Tata Steel JV poses high risk for Thyssenkrupp, warns German union
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Dusseldorf: Germany’s biggest union, IG Metall, is opposing a joint venture between Thyssenkrupp AG, the nation’s top steelmaker, and Tata Steel Ltd.
The project is “high risk” for Thyssenkrupp, said Detlef Wetzel, who represents IG Metall for the steel unit at the Essen-based company. The joint venture will lead to job losses and the closing of steel factories in Germany, according to Wilhelm Segerath, chairman of Thyssenkrupp’s works group council.
Tata Steel has been in talks with Thyssenkrupp and others for a joint venture of their European steel businesses since last year as part of its strategy to increase profitability amid oversupply in the global market. Thyssenkrupp’s chief executive officer Heinrich Hiesinger in November said that pension liabilities were a major stumbling block to an accord.
“Any possible joint venture will have to be based on a convincing business plan with corresponding synergies,” Hiesinger said in January.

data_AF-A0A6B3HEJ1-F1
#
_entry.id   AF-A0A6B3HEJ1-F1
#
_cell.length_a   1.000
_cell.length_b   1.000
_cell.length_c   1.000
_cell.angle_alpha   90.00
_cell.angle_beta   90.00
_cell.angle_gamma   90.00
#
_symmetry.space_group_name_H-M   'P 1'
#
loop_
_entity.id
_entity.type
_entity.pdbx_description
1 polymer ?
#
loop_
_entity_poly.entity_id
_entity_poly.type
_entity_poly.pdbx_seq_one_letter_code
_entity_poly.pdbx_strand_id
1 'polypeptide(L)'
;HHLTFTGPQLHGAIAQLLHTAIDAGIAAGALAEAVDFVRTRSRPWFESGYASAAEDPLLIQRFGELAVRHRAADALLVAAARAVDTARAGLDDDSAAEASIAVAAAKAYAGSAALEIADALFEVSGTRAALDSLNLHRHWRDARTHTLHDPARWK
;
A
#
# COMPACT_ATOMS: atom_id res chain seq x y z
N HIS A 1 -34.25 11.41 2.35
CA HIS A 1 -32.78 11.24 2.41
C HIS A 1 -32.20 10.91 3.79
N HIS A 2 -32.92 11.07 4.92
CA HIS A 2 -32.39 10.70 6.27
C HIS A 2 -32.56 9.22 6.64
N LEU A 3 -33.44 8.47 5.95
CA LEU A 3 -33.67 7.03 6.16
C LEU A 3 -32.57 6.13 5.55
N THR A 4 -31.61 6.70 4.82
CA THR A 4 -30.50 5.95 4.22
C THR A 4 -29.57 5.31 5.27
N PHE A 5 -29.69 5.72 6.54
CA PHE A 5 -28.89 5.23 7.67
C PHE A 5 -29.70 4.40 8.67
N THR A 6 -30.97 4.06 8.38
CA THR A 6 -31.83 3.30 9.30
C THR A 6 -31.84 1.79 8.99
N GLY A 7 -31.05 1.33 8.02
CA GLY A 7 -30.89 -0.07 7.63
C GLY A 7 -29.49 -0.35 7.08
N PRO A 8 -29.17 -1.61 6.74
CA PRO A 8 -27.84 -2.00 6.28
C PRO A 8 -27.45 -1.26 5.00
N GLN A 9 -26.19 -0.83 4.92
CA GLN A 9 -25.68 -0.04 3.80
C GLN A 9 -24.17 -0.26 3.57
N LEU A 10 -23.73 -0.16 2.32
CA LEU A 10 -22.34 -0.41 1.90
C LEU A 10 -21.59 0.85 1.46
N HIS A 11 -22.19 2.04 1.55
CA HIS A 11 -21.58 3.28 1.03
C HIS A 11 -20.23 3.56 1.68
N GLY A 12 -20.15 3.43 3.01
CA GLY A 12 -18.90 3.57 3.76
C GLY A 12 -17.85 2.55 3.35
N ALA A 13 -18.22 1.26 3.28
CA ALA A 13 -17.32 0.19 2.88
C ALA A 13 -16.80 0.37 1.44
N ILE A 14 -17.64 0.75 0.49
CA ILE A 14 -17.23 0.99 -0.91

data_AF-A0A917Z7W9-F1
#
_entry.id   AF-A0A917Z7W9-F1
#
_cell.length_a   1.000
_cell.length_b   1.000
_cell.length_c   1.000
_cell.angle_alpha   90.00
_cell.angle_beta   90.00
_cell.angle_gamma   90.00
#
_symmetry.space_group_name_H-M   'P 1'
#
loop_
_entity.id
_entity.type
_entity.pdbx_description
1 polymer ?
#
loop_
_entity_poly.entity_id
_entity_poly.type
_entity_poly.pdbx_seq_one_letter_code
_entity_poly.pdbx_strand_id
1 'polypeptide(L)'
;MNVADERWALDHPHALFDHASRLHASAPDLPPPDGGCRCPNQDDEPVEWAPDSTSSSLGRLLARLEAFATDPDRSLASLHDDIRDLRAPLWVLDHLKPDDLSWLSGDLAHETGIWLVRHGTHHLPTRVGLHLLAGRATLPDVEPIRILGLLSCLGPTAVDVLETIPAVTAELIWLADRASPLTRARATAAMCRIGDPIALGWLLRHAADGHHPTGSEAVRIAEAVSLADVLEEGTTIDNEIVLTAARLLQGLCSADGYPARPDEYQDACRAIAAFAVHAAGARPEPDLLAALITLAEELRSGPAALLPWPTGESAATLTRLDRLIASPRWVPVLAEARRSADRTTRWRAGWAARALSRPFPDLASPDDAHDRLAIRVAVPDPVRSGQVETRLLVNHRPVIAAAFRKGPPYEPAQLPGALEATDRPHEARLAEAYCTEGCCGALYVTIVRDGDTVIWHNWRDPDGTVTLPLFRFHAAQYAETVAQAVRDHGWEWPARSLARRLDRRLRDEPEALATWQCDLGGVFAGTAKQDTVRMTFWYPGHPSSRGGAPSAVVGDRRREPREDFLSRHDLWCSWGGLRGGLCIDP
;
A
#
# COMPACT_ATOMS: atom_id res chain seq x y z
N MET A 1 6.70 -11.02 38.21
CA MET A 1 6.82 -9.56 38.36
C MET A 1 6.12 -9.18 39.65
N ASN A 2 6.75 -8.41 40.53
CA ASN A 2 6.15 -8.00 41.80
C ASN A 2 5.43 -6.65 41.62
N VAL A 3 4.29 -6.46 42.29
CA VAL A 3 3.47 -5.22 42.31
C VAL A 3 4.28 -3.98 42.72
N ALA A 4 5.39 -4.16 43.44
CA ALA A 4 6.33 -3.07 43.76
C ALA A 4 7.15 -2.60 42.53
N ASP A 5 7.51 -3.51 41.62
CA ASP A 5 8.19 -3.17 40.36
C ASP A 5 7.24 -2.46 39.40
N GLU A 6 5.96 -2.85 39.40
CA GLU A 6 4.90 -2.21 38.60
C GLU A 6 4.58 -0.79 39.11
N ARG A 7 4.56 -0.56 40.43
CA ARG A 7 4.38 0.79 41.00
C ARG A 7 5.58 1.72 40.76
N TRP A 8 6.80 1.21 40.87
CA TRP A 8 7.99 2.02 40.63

IG Metall’s main concern is that the Tata joint venture could be a way for Thyssenkrupp to eventually exit steel entirely, said Wilhelm Segerath, chairman of Thyssenkrupp’s works group council and a member of IG Metall’s board of directors.
If there was consolidation, Thyssenkrupp would remain a co-owner of the steel unit, according to spokesman Robin Zimmermann.
Thyssenkrupp is under pressure to turn around its steel operations, and has said it would cut costs by €500 million ($530 million) over the next three years. As many as 350 jobs at the Bochum and Duisburg-Huettenheim plants could be cut, said General Works Council chairman Guenter Back after a meeting with management this month.
The Bochum rolling mill is among sites at risk of being closed, said the union.
Another issue IG Metall raised was how the deal could affect debt levels. Thyssenkrupp is currently seeking a joint venture in which it has equal ownership with Tata. That could result in Thyssenkrupp adding debt to lower its stake, according to IG Metall. Bloomberg